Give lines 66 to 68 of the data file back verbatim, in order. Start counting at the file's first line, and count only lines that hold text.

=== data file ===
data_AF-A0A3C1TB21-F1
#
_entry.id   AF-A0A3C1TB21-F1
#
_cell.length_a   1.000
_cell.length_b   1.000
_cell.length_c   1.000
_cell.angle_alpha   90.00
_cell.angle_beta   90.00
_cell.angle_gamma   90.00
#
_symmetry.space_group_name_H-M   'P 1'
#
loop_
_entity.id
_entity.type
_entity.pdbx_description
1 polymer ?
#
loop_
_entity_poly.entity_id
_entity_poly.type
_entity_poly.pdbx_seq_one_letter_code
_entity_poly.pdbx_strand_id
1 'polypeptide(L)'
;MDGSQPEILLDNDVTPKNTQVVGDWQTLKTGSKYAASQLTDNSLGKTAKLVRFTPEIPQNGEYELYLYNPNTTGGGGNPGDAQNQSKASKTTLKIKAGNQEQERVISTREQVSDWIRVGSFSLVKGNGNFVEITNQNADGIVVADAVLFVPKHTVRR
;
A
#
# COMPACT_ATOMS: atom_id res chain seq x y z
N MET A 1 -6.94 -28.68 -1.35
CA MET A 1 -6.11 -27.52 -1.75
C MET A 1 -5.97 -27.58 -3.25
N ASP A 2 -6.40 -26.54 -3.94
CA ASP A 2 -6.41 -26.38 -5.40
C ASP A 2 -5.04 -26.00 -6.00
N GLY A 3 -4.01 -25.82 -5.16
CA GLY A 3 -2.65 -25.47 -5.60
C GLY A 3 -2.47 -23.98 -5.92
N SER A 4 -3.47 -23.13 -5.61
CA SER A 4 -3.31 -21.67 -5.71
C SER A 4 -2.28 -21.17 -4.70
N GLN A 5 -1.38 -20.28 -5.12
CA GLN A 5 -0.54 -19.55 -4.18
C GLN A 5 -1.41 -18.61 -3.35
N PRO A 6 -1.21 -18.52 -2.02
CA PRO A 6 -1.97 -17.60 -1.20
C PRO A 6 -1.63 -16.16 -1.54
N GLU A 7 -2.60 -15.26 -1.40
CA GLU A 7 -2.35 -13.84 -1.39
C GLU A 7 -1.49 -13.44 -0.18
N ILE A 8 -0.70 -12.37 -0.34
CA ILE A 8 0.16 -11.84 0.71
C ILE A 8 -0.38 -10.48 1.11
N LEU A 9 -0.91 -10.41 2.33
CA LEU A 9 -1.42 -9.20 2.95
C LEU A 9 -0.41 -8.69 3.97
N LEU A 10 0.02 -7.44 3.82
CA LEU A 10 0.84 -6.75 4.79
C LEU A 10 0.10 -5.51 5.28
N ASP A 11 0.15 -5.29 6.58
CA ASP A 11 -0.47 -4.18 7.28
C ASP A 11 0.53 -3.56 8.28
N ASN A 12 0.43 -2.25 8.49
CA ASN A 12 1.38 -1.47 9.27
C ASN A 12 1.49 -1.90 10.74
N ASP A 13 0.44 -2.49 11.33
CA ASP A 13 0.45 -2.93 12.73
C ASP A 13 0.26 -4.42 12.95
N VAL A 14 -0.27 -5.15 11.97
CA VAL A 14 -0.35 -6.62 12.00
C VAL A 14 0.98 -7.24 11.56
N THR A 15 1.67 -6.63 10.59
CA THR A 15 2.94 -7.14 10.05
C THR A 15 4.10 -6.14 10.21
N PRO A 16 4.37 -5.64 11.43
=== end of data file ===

C ASN A 12 1.49 -1.90 10.74
N ASP A 13 0.44 -2.49 11.33
CA ASP A 13 0.45 -2.93 12.73